Against this backdrop, and in the context of a very energetic father that was starting to pass the business along to his also very energetic children, our family decided to do something very uncommon in the Colombian coffee industry: export green coffee (not roasted) directly to importers and roasters across the world. Yes, we know that this does not sound as revolutionary as a Silicon Valley startup, but at the time it was pretty rare. Looking back, the first cold calls were hilarious, although at the time they were terrifying. I remember one to an old woman in Wisconsin, who did not even buy green coffee but purchased what little she used for her small shop in the local Cosco, and it was probably some terrible dark roast from Vietnam or something. Eventually we got the hang of it and started building lasting relationships with some amazing companies, who are now our main customers. If you are a little confused by now let me clarify: yes, this website is for ROASTED COFFEE, but our original business, and still the bulk of what we do, is exporting GREEN COFFEE that ends up being distributed by importers to specialty roasters across the world. We will get to why we are selling roasted online in a second.
When we started building relationships a whole new world opened up. We were initially after the exporter's margin, and with the hope that being able to tell our story, we could add value to the coffee we were trying to sell and finally acquire a price for our coffee that made our business sustainable in the long term. However, we discovered the amazing world of specialty, where coffees were valued primarily for their cup quality, measured in an objective manner, paid justly, and then having their story showcased to the world by great roasters and baristas. If you are not entirely versed in specialty coffee, and still think that Starbucks is the best thing out there, don’t worry, we will explain the difference in detail in another blog, but just know this: specialty is about craftsmanship, about attention to detail at every step of the production chain, about freshness, about traceability, and about delivering a final experience to the coffee drinker that is so absolutely different and amazing, that no explicit differentiation has to be explained.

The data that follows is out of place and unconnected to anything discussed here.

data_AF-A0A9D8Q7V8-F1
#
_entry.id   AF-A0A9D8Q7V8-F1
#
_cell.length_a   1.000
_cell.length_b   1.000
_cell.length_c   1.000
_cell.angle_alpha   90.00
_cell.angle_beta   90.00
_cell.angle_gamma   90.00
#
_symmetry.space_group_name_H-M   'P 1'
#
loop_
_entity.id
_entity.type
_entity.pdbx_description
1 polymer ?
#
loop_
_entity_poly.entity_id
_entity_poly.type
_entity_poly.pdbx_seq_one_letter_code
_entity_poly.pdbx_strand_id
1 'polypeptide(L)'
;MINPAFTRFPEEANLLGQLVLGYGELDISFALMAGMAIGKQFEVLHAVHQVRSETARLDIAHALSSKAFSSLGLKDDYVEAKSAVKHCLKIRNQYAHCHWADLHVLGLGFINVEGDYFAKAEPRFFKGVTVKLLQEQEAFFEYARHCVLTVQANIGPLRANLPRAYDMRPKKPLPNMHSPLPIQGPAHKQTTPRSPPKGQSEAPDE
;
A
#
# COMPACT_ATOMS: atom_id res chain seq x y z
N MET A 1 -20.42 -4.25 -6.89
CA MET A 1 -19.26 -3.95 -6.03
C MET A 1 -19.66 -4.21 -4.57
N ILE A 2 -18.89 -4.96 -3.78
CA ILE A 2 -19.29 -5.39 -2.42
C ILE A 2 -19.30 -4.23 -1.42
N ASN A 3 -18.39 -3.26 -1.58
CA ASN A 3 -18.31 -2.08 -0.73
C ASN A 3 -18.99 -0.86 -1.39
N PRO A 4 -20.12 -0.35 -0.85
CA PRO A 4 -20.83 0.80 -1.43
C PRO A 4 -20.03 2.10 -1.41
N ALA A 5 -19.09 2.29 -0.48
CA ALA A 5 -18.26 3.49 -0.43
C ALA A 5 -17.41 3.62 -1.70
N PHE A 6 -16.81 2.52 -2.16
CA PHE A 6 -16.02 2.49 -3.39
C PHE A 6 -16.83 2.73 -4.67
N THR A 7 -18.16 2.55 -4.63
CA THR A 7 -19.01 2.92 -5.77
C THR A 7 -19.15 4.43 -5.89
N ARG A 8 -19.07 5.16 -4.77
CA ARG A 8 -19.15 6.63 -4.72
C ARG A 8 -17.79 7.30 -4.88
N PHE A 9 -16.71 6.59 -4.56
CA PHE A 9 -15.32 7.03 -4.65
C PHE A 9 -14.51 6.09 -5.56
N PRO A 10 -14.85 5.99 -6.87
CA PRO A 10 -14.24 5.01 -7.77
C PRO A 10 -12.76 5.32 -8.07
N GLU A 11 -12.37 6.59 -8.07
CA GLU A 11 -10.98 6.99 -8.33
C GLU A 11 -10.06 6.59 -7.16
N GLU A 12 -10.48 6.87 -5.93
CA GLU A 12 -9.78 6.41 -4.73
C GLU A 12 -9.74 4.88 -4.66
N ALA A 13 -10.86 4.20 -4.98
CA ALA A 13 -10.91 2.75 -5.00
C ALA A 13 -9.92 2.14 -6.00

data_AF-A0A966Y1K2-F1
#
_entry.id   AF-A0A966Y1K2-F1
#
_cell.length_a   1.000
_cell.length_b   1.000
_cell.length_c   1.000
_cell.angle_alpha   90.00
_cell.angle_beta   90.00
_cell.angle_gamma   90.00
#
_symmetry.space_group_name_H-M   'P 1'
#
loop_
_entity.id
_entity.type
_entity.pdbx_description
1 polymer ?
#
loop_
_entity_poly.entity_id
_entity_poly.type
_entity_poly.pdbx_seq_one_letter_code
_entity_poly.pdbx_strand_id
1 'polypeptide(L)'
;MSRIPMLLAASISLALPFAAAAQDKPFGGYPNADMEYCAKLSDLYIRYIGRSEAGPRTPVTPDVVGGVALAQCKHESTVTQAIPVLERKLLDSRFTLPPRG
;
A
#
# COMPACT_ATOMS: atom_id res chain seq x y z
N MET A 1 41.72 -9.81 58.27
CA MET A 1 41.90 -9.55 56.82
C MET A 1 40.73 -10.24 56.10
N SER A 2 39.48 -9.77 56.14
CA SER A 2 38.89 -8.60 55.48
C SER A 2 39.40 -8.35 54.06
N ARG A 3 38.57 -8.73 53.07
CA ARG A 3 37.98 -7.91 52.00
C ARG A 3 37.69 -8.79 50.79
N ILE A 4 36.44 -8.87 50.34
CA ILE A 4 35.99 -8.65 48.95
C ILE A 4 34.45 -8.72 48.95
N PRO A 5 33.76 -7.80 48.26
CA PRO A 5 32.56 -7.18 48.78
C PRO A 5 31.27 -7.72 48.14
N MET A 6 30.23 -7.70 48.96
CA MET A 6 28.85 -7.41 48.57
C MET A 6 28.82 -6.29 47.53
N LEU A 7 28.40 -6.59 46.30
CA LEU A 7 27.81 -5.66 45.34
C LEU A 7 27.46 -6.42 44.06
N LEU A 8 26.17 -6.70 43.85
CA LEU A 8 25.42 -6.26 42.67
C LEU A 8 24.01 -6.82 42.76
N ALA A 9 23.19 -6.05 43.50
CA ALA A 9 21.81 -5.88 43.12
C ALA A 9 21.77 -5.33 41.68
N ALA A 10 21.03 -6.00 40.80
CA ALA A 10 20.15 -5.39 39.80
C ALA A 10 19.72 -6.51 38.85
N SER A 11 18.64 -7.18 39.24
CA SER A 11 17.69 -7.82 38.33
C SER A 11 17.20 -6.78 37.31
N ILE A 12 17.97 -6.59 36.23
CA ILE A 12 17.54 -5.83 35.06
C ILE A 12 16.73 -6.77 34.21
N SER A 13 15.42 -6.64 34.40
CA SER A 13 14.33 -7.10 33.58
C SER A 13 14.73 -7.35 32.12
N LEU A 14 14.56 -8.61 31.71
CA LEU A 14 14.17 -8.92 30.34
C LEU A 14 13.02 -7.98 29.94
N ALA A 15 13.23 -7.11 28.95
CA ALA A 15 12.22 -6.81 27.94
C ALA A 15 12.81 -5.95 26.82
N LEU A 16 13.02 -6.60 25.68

After a couple of years of finding a home for our farms' production in different countries around the world, we realized that we could use these commercial channels to help other growers do what nobody had helped us do when we started. That’s why we developed our allied producer program. Its very simple really, we find great growers across the country, set up programs with sustainable prices (forget about all that fair trade nonsense, we pay premiums 40-150% over the market, while fair trade are usually pennies on the dollar, but more on this later), and connect artisan roasters around the world with these great coffees. Obviously what’s simple is the idea, the execution is incredibly complex. We now work with more than 300 growers in 6 different regions of Colombia, we cup through around 600 samples of coffees every week and select only what scores above 84 (specialty starts at 80, and its scoring is similar to wine). Logistics for bringing these lots from all over the place and setting up the paying structures is not easy, but the up side is that it gives us access to the best coffees our country produces in the fastest way possible, guaranteeing us coffees that are freshly harvested and have not been stored somewhere for a long time.